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December 1, 2008

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NEWS HEADLINES

Washington, DC Area Transit Systems Gear Up for Inauguration Day

Estimates vary, but on Jan. 20, Inauguration Day, Washington, DC metropolitan area public transit systems expect to transport at least 1 million people.
To accommodate these crowds – and officials expect anywhere from 3 to 5 million people overall – the Washington Metropolitan Area Transit Authority (Metro) will be running an unprecedented rush-hour service for 15 consecutive hours.  Even with that, the agency is telling people to expect hugely crowded rail stations, packed trains and buses, and delays of sometimes hours when the daytime festivities draw to a close, according to Metro General Manager John B. Catoe Jr.

As reported in The Washington Post, Catoe told Metro board members that if the predictions of riders hold, then “we will see something we’ve never seen before.” 

Metro’s ridership record of 854,638 – set July 11 by crowds attending a Washington National baseball game and a religious event - is expected to double.  To help ease the expected crowding after the swearing-in and the parade, Metro is asking people to think about delaying their return rides by remaining downtown to dine or visit a museum.

According to agency spokeswoman Lisa Farbstein, “it will be sardine crush-load on the way in and sardine crush-load on the way out.”  While Metro is prepared and will use every available train and bus, nonetheless, said Catoe, “you can’t put 800,000-plus people on the rail system all at the same time.”

Think of Metro as the funnel.  No matter how people arrive in the area – by plane, by car, by bus, they still should plan either to walk or to take Metro to view the events.

For example, people arriving from Albany, NY via motor coach tour buses will be traveling to the Washington, DC area – with “area” the operative term.  The U.S. Secret Service is telling all motor coach companies that they cannot drive directly into Washington, DC to deposit their riders, but instead must drop them, where possible, at a Metro station.  In the case of the Albany travelers, they will likely disembark in Baltimore, and then take the train into DC.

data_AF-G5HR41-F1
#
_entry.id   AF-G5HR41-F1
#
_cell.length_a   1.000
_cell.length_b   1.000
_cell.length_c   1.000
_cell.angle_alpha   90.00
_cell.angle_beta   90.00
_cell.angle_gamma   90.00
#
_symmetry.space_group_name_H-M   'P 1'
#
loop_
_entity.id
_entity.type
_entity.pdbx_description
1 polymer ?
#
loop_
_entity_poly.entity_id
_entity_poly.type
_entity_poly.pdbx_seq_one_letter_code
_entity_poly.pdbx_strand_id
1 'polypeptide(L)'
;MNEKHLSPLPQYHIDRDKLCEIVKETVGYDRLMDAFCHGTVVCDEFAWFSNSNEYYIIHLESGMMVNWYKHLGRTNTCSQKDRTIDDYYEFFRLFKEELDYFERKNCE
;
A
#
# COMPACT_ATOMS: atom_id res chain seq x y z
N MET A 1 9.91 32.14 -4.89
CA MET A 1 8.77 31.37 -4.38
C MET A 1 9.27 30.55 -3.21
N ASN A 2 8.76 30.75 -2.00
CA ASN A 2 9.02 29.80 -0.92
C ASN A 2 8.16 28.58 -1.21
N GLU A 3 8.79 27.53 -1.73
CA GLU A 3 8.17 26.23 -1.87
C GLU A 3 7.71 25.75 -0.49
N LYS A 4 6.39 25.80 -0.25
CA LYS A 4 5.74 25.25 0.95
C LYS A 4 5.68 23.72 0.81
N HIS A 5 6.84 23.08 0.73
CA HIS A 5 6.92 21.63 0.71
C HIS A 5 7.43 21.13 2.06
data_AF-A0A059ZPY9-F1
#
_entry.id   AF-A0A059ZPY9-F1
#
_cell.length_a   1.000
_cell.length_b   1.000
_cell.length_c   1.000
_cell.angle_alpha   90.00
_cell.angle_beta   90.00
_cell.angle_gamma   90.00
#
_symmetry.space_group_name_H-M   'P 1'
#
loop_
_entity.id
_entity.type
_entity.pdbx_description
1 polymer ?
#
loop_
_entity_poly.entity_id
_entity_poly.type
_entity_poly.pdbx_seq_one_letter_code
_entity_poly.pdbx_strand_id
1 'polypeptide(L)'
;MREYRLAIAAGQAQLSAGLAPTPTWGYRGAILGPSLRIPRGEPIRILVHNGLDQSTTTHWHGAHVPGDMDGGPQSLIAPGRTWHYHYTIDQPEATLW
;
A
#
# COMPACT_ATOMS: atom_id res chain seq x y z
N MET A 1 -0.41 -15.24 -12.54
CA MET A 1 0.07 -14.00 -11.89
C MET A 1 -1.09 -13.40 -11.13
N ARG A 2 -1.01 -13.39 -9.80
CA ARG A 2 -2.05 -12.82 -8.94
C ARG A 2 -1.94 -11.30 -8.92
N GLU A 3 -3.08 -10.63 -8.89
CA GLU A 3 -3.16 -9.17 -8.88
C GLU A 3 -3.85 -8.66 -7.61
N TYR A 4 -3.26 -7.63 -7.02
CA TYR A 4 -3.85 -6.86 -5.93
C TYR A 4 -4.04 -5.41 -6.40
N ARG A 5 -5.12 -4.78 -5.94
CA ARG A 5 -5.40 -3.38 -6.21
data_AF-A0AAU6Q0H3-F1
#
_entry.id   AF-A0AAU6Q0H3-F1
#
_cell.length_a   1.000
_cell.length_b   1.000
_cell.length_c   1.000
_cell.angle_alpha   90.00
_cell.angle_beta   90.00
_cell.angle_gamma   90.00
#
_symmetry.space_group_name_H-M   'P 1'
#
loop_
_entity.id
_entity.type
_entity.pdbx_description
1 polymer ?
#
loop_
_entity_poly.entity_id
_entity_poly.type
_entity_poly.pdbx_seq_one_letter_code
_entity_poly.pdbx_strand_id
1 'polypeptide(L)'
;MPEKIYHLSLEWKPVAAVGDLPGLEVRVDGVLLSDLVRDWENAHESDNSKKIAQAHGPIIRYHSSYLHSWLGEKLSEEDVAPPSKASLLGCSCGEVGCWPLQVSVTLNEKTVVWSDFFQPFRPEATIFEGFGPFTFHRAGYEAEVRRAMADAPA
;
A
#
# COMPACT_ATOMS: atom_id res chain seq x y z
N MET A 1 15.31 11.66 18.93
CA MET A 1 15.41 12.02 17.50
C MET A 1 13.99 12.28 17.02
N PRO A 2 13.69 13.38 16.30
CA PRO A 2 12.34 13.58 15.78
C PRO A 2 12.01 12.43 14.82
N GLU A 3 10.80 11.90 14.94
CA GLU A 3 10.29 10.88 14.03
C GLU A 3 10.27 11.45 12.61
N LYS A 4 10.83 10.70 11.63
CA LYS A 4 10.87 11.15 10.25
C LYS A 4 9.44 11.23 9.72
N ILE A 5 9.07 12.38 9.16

Neighboring Virginia and Maryland
Commuter train services in Virginia and Maryland are planning special schedules to carry passengers to the District to help accommodate what are expected to be record-breaking crowds.   As Passenger Transport went to press, it still was not clear whether inauguration goers from Virginia would be able to take Virginia Railway Express trains into the city.  VRE wants to run train service on Inauguration Day, a federal holiday, but it will need extra finances to make it happen.

Officials from DC’s Department of Transportation and the U.S. Department of Homeland Security, however, are among those hoping the trains will be running.  If VRE does decide to offer service, it will make that information available by early December.  On the other side of the District, Maryland’s MARC commuter train had cut back its holiday operations and other services to try to save $25 million.  For instance, it canceled train service on Veterans Day and the Fridays after Thanksgiving and Christmas.  The Maryland Transportation Authority, which oversees MARC, will now provide a special schedule on Inauguration Day, however, but the details are not yet available.

In the District of Columbia
Metro will open an hour early on Inauguration Day, at 4 a.m., and stay open two hours later, until 2 a.m., on Jan. 21.  Metro is also requesting that area transportation departments set aside bus-only lanes, allowing Metrobuses to carry hundreds of thousands of people from outlying areas to specific drop-off points near the National Mall.

The agency will be selling commemorative paper Farecards, one-day rail passes, and SmarTrip electronic cards that feature Barack Obama, with the words “44th President of the United States” printed along one edge.

Added to the likely potential for massively overcrowded trains and buses, the official D.C. inauguration web site cautions that all parade and event attendees are going to be subject to thorough screenings.  Moreover, the Secret Service, Metropolitan Police Department, U.S. Capitol Police, and other local and federal agencies will be providing a never-before-seen level of security for the inauguration.

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